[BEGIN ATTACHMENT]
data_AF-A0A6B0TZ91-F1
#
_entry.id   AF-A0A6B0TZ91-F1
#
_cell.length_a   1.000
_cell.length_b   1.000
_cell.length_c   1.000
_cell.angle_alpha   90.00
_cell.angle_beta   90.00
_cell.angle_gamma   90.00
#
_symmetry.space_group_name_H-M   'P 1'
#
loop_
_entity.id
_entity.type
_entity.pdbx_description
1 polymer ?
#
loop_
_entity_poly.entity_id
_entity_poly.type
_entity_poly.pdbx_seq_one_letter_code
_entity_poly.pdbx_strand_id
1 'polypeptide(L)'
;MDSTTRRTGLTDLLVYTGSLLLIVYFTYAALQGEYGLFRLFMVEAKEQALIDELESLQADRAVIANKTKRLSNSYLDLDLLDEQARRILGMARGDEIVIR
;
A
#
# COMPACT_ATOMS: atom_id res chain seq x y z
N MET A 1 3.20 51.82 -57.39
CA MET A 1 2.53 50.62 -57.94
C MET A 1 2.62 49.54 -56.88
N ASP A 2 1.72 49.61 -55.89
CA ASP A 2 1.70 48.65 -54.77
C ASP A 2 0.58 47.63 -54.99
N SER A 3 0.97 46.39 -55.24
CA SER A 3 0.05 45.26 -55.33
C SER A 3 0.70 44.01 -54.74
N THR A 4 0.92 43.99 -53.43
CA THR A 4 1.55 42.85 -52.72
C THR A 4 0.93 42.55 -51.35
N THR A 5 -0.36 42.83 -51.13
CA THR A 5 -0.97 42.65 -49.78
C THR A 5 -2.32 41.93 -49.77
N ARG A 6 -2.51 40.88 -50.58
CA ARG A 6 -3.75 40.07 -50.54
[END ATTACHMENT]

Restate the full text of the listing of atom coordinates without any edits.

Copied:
data_AF-A0A6B0TZ91-F1
#
_entry.id   AF-A0A6B0TZ91-F1
#
_cell.length_a   1.000
_cell.length_b   1.000
_cell.length_c   1.000
_cell.angle_alpha   90.00
_cell.angle_beta   90.00
_cell.angle_gamma   90.00
#
_symmetry.space_group_name_H-M   'P 1'
#
loop_
_entity.id
_entity.type
_entity.pdbx_description
1 polymer ?
#
loop_
_entity_poly.entity_id
_entity_poly.type
_entity_poly.pdbx_seq_one_letter_code
_entity_poly.pdbx_strand_id
1 'polypeptide(L)'
;MDSTTRRTGLTDLLVYTGSLLLIVYFTYAALQGEYGLFRLFMVEAKEQALIDELESLQADRAVIANKTKRLSNSYLDLDLLDEQARRILGMARGDEIVIR
;
A
#
# COMPACT_ATOMS: atom_id res chain seq x y z
N MET A 1 3.20 51.82 -57.39
CA MET A 1 2.53 50.62 -57.94
C MET A 1 2.62 49.54 -56.88
N ASP A 2 1.72 49.61 -55.89
CA ASP A 2 1.70 48.65 -54.77
C ASP A 2 0.58 47.63 -54.99
N SER A 3 0.97 46.39 -55.24
CA SER A 3 0.05 45.26 -55.33
C SER A 3 0.70 44.01 -54.74
N THR A 4 0.92 43.99 -53.43
CA THR A 4 1.55 42.85 -52.72
C THR A 4 0.93 42.55 -51.35
N THR A 5 -0.36 42.83 -51.13
CA THR A 5 -0.97 42.65 -49.78
C THR A 5 -2.32 41.93 -49.77
N ARG A 6 -2.51 40.88 -50.58
CA ARG A 6 -3.75 40.07 -50.54